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Its other names are 9,10-anthracenedione, anthradione, 9,10-anthrachinon, anthracene-9,10-quinone, 9,10-dihydro-9,10-dioxoanthracene, and trade names Hoelite, Morkit, Corbit, and others.
Additional recommended knowledge
Anthraquinones naturally occur in some plants (eg. aloe, senna, rhubarb, and Cascara buckthorn), fungi, lichens, and insects, where they serve as a basic skeleton for their pigments. Natural anthraquinone derivatives tend to have laxative effects.
There are several ways to obtain anthraquinone:
In a classic organic reaction called the Bally-Scholl synthesis (1905), anthraquinone condenses with glycerol forming benzanthrone. In this reaction the quinone is first reduced with copper metal in sulfuric acid (converting one ketone group into a methylene group) after which the glycerol is added.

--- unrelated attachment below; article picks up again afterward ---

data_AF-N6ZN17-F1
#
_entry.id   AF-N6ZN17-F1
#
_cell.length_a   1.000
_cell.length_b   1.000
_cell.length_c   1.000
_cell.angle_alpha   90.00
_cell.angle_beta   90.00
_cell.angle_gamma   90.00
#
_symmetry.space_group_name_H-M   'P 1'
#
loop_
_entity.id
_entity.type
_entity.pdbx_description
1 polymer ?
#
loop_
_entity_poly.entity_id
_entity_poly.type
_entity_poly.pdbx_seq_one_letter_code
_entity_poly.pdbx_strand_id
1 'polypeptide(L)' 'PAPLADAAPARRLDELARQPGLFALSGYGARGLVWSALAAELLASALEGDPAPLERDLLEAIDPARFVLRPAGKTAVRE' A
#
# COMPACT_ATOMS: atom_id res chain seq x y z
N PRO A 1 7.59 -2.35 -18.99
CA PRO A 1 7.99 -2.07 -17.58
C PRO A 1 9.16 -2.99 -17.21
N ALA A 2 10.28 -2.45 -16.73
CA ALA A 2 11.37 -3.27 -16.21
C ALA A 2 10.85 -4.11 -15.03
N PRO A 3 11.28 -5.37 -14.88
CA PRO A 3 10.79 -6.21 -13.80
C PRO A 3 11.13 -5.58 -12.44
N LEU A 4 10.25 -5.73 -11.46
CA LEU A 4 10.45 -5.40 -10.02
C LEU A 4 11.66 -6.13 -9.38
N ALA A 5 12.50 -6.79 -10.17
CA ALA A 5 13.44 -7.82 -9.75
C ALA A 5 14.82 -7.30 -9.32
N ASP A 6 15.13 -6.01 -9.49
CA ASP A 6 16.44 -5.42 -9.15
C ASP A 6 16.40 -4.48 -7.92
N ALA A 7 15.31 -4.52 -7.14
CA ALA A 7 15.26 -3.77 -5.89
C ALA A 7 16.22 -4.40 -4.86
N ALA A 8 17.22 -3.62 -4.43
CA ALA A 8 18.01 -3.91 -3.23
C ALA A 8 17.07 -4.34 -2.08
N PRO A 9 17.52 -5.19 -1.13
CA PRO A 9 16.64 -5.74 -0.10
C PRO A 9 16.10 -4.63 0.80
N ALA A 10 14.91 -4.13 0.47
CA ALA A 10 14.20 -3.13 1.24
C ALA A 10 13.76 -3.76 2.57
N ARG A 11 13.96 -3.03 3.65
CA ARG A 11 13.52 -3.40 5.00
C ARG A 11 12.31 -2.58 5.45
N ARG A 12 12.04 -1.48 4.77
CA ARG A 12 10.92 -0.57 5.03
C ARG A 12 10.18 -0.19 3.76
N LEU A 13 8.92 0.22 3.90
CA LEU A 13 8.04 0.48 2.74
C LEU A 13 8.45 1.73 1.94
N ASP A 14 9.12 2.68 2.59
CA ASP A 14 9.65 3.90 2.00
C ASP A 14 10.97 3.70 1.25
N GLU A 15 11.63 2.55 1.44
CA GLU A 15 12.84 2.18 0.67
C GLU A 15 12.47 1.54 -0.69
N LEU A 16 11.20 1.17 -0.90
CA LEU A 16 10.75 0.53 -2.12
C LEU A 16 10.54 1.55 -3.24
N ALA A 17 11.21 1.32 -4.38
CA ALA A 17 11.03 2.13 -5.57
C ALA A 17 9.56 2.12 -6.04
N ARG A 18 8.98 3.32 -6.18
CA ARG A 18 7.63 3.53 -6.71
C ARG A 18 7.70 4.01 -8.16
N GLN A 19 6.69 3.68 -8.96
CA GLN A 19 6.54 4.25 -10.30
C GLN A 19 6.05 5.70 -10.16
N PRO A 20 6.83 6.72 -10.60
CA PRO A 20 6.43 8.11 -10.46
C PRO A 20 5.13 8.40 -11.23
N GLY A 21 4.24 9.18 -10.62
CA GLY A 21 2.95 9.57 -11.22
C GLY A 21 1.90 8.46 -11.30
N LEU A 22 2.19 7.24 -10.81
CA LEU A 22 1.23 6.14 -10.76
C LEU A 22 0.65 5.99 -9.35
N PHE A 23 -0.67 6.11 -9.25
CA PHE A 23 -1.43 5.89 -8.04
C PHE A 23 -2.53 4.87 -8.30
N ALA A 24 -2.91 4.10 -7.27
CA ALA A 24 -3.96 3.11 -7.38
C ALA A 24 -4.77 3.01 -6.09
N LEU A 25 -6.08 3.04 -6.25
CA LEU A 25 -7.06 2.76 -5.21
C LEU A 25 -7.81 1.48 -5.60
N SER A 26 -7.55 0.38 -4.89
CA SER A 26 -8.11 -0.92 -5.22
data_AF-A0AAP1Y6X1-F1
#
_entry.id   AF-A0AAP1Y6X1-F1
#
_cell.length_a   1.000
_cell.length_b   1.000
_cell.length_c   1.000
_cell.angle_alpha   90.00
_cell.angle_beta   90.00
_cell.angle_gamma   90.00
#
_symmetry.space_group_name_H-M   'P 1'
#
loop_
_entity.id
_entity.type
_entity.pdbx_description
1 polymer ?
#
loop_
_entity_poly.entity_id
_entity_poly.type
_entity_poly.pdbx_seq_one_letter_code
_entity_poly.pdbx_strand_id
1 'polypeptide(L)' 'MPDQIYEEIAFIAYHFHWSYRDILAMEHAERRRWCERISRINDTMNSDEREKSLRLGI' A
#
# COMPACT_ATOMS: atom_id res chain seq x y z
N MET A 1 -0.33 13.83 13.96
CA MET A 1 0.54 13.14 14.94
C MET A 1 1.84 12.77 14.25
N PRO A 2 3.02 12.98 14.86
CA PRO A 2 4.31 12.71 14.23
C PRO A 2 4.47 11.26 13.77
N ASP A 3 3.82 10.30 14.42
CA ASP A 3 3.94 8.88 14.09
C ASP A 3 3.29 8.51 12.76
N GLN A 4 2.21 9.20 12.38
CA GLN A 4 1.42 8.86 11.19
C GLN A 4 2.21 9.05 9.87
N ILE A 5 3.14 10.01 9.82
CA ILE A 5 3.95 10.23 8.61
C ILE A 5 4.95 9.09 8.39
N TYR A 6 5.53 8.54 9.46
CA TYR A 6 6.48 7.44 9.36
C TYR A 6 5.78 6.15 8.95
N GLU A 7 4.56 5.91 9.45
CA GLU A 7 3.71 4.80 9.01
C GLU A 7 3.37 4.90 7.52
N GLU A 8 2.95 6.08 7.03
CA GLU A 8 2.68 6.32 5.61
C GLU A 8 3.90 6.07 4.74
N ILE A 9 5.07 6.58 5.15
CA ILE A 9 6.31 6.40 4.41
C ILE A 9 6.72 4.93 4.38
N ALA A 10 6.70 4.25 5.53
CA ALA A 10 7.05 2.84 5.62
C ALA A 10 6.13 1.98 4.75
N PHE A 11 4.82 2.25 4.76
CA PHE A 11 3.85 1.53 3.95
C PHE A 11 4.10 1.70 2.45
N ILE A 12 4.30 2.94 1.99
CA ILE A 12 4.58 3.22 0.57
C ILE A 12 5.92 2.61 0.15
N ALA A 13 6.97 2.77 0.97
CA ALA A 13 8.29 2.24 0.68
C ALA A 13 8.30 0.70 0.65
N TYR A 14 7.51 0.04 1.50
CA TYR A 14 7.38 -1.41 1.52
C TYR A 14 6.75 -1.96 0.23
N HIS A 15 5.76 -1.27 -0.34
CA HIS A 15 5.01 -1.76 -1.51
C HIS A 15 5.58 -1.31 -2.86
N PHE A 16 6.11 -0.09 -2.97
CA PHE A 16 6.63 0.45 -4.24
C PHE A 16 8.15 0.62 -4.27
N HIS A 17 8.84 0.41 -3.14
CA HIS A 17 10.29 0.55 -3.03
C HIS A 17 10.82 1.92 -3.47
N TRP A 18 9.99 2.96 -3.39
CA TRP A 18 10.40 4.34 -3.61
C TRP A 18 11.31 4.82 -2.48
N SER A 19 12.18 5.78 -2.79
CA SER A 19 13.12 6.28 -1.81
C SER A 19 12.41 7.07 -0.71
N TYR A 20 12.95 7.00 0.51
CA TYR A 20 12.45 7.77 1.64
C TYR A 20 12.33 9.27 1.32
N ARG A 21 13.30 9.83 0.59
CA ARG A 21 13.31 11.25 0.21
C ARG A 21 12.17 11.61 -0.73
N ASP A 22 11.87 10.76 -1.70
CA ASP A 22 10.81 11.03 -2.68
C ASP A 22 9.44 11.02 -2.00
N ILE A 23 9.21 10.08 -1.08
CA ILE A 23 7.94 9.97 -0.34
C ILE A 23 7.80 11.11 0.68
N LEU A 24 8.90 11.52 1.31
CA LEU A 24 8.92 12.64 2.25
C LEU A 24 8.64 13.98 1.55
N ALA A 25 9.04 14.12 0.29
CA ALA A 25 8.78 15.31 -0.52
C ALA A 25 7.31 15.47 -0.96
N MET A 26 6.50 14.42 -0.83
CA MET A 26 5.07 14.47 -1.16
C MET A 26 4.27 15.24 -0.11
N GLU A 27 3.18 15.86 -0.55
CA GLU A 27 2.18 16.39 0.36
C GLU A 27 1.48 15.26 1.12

Anthraquinone is used in production of dyes, such as alizarin. Many natural pigments are derivatives of anthraquinone. Anthraquinone is also used as a catalyst in production of wood pulp in pulp and paper industry. Another use is as a bird repellant on seeds.
A derivative of anthraquinone (2-ethylanthraquinone) is used to produce hydrogen peroxide commercially.
|This article is licensed under the GNU Free Documentation License. It uses material from the Wikipedia article "Anthraquinone". A list of authors is available in Wikipedia.|